Sir Cliff Richard's privacy 'breached by raid details release'
Police should not have released "highly confidential" details to the BBC about a planned search of Sir Cliff Richard's home, an independent report concluded.
South Yorkshire Police "interfered with the star's privacy" by telling the broadcaster about the raid in Berkshire last August, the report said.
A deal over the details was made when a BBC reporter told the force he knew they were investigating the star.
The BBC said a parliamentary committee had endorsed its handling of the story.
Following the raid, Sir Cliff was interviewed by detectives investigating a claim of a sex crime involving a young boy, but was not arrested or charged.
'Cost to reputation'
In his report, former chief constable of British Transport Police Andy Trotter said: "The search at Sir Cliff Richard's apartment, and the nature of the allegation, generated considerable publicity across the world, certainly interfered with his privacy and may well have caused unnecessary distress."
"Whatever the motivation and good intentions of those involved from SYP, the outcome has been bad publicity for the force, the chief constable being summoned to HASC (Home Affairs Select Committee), criticism from the media and politicians, complaints from the public, abuse on social media and a public spat with the BBC.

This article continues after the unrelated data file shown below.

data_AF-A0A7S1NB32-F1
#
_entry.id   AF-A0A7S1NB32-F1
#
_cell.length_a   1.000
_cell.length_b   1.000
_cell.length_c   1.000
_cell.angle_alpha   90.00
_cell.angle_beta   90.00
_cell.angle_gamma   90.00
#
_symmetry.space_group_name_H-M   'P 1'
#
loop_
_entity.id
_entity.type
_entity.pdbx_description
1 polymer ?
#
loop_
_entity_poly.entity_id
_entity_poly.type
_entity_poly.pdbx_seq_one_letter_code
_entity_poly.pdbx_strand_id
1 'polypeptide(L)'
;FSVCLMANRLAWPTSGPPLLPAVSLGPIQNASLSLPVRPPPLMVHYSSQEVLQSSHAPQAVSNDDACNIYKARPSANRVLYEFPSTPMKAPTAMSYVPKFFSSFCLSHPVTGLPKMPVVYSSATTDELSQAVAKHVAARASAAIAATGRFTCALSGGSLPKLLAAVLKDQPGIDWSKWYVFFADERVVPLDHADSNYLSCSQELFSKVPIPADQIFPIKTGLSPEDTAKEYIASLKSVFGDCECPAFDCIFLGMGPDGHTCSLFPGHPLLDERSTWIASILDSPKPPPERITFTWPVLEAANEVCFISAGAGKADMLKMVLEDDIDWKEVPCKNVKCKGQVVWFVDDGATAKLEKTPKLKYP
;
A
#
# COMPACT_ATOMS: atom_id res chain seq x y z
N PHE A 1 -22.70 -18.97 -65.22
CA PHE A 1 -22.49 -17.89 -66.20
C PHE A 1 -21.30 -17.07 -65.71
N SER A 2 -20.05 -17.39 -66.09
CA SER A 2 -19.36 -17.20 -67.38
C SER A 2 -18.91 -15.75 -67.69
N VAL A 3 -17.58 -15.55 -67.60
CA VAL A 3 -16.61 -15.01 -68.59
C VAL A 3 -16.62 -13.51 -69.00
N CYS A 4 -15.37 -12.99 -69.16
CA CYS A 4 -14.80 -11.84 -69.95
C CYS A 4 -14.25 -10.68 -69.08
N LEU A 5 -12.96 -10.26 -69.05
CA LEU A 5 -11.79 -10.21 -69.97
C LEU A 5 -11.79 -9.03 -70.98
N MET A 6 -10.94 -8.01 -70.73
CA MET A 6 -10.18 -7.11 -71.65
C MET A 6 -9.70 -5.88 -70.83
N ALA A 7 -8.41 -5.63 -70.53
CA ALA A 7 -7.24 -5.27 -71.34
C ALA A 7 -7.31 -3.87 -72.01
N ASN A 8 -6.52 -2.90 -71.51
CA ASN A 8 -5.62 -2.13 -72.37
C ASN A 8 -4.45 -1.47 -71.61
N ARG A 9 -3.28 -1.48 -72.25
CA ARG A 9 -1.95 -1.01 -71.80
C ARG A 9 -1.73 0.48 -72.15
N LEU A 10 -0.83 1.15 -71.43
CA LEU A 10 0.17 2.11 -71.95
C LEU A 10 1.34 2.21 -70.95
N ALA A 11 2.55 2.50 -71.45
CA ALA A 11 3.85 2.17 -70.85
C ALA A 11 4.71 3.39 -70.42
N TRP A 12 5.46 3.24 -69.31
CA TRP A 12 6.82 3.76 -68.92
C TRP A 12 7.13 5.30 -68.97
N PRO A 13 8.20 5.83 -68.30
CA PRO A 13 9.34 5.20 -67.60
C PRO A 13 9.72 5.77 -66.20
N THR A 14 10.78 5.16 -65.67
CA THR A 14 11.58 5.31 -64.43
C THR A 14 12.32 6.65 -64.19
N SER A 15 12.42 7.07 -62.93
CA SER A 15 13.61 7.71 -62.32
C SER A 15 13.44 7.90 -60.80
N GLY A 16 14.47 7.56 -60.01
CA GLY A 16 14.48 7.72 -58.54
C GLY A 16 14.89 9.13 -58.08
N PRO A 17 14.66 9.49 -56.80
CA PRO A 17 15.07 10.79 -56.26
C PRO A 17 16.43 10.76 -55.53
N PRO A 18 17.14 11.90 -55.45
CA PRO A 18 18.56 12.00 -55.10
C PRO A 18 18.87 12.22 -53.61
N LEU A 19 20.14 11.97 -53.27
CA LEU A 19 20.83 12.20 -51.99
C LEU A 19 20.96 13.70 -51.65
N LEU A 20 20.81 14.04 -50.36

"More importantly, people have seen a search on Sir Cliff Richard's apartment unfold on television with details of a serious allegation put into the public domain prior to him being interviewed by the police.
"The force can argue that the search was carried out successfully and there was no interference to the investigation that the threat of prior publication was avoided.
"That is true but at considerable cost to the reputation of the force which could have been avoided by the individuals concerned."
Mr Trotter's report was ordered by the now former South Yorkshire Police and Crime Commissioner (PCC) Shaun Wright, after detectives searched the 74-year-old star's apartment, on 14 August, while film crews from the corporation, including one in a helicopter, caught the event on camera.
It was released by the PCC's office following a Freedom of Information request.
The report concluded the South Yorkshire force should not have confirmed "highly sensitive and confidential" details to the BBC or facilitated a meeting between a senior detective and a corporation reporter.
In October, MPs on the Home Affairs Select Committee branded the force as being "inept" over its handling of the event and said the force should have refused to co-operate with the BBC.
The committee also criticised the BBC for its decision not to allow the reporter who broke the story, to appear before them.
A statement from Sir Cliff's lawyers at the time said the coverage caused "immeasurable harm" to the star.
A BBC spokesman said: "The Home Affairs Committee has already endorsed the way the BBC handled this story."
The new South Yorkshire PCC, Dr Alan Billings, said: "I have read the report from Mr Andy Trotter, commissioned by my predecessor in August 2014.
"Mr Trotter outlines six recommendations in his report. I have had discussions with the chief constable and he advises me that all recommendations relating to South Yorkshire Police will be implemented."